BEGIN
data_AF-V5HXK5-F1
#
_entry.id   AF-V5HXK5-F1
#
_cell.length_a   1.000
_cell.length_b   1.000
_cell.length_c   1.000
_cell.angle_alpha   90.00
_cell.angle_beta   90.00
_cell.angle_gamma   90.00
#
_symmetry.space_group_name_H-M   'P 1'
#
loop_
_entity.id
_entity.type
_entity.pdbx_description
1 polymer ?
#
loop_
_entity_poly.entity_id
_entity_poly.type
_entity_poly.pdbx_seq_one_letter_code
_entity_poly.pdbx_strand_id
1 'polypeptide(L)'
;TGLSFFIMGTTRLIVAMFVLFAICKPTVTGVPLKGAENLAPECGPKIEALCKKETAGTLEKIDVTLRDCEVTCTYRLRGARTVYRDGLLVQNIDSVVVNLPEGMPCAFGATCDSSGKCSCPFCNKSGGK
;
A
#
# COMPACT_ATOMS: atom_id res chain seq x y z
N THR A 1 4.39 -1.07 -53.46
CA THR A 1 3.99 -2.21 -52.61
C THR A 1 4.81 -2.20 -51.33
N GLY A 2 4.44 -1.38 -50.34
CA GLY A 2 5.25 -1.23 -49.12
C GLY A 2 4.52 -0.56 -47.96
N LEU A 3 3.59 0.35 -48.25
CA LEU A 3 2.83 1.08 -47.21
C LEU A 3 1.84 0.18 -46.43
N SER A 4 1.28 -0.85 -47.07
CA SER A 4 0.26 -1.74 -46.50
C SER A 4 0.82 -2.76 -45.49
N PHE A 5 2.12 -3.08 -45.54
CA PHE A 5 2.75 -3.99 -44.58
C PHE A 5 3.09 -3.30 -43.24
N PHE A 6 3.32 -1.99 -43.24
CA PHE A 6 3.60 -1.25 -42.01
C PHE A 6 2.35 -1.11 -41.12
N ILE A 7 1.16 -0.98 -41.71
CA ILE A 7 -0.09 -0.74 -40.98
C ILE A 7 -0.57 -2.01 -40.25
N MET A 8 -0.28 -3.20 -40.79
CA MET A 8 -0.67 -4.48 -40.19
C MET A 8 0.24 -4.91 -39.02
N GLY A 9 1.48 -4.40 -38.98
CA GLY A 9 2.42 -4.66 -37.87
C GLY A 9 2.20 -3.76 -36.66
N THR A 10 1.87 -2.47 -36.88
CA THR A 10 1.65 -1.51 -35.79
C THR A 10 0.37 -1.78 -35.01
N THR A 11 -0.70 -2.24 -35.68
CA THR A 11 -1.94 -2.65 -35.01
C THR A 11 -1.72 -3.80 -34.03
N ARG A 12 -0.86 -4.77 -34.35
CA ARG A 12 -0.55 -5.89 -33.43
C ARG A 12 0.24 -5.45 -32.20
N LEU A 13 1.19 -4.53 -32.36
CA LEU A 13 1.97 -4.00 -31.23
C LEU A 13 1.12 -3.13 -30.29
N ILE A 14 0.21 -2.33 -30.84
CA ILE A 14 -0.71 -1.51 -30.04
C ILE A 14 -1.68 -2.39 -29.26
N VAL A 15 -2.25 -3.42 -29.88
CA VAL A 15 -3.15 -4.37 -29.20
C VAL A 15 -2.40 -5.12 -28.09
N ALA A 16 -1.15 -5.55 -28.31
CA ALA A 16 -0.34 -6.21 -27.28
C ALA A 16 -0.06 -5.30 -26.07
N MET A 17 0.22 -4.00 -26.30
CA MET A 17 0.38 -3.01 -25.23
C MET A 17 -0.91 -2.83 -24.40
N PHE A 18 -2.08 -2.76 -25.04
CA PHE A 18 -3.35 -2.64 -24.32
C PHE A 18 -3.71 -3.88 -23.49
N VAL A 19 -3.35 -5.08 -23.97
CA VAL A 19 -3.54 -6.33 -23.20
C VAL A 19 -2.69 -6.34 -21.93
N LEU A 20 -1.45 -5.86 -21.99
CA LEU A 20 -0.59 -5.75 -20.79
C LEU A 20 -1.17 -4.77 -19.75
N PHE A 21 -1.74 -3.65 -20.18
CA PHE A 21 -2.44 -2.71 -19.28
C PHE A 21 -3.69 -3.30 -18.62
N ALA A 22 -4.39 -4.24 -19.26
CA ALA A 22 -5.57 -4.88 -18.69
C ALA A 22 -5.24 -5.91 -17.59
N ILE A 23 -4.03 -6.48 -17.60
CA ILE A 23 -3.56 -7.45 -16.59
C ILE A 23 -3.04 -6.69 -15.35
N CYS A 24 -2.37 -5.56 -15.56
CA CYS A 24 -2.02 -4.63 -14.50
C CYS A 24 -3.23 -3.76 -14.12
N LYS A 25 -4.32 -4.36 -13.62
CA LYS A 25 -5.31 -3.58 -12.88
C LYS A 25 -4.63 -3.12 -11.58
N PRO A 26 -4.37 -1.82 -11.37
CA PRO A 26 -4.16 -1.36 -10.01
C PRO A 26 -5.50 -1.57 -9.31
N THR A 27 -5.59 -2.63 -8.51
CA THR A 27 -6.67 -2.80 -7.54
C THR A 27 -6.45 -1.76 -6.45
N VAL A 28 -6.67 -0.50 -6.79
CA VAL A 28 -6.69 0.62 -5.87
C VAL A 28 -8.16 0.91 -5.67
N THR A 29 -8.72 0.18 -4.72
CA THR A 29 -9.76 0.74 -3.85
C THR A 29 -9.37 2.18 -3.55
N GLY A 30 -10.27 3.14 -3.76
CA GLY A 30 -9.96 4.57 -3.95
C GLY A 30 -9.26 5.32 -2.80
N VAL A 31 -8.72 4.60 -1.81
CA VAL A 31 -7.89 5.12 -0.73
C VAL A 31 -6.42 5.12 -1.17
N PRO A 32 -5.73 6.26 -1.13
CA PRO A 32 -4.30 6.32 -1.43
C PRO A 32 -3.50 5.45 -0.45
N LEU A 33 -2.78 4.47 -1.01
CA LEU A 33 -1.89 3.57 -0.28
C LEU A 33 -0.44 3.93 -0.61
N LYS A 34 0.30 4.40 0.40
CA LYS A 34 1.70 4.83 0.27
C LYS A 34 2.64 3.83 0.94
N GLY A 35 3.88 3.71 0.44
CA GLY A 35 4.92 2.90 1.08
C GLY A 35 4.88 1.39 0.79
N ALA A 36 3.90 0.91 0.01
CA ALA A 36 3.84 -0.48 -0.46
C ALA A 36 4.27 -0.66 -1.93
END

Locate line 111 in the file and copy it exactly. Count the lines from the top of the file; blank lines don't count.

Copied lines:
C THR A 27 -6.45 -1.76 -6.45